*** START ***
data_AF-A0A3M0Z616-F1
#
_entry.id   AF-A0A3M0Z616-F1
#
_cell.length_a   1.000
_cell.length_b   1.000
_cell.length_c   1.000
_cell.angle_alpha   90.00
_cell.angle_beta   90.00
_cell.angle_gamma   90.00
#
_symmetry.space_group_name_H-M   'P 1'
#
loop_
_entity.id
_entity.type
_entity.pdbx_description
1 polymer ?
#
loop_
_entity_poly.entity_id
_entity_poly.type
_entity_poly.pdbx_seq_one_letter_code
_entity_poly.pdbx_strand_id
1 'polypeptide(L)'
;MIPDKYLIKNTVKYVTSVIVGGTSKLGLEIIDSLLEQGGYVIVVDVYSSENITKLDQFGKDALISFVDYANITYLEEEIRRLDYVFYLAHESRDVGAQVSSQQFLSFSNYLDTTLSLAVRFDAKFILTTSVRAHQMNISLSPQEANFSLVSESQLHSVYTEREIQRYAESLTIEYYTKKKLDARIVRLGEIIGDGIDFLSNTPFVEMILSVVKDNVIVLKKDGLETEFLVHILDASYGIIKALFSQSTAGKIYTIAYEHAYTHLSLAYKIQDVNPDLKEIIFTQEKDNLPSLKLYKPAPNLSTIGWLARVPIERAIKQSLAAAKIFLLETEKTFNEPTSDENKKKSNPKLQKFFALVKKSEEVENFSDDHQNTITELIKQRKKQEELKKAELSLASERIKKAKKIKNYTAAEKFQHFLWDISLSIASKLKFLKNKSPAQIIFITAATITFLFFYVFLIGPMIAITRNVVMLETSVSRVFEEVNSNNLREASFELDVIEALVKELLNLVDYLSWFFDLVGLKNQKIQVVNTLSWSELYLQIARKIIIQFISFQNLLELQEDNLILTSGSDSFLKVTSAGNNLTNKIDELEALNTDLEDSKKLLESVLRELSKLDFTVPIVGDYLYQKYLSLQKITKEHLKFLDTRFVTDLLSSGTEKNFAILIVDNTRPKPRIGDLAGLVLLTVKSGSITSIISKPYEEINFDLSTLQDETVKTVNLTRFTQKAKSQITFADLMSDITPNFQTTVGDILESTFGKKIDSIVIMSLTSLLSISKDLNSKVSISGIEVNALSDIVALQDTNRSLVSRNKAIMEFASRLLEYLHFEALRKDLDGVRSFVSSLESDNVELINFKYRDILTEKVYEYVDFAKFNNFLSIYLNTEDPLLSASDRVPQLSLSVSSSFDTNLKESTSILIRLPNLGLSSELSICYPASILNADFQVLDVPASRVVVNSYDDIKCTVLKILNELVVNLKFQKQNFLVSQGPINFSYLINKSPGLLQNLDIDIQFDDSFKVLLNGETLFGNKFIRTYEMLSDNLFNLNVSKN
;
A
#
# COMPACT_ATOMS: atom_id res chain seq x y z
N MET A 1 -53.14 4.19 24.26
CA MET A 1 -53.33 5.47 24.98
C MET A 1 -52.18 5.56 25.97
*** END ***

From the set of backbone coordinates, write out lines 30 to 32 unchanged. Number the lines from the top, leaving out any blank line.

# COMPACT_ATOMS: atom_id res chain seq x y z
N MET A 1 -53.14 4.19 24.26
CA MET A 1 -53.33 5.47 24.98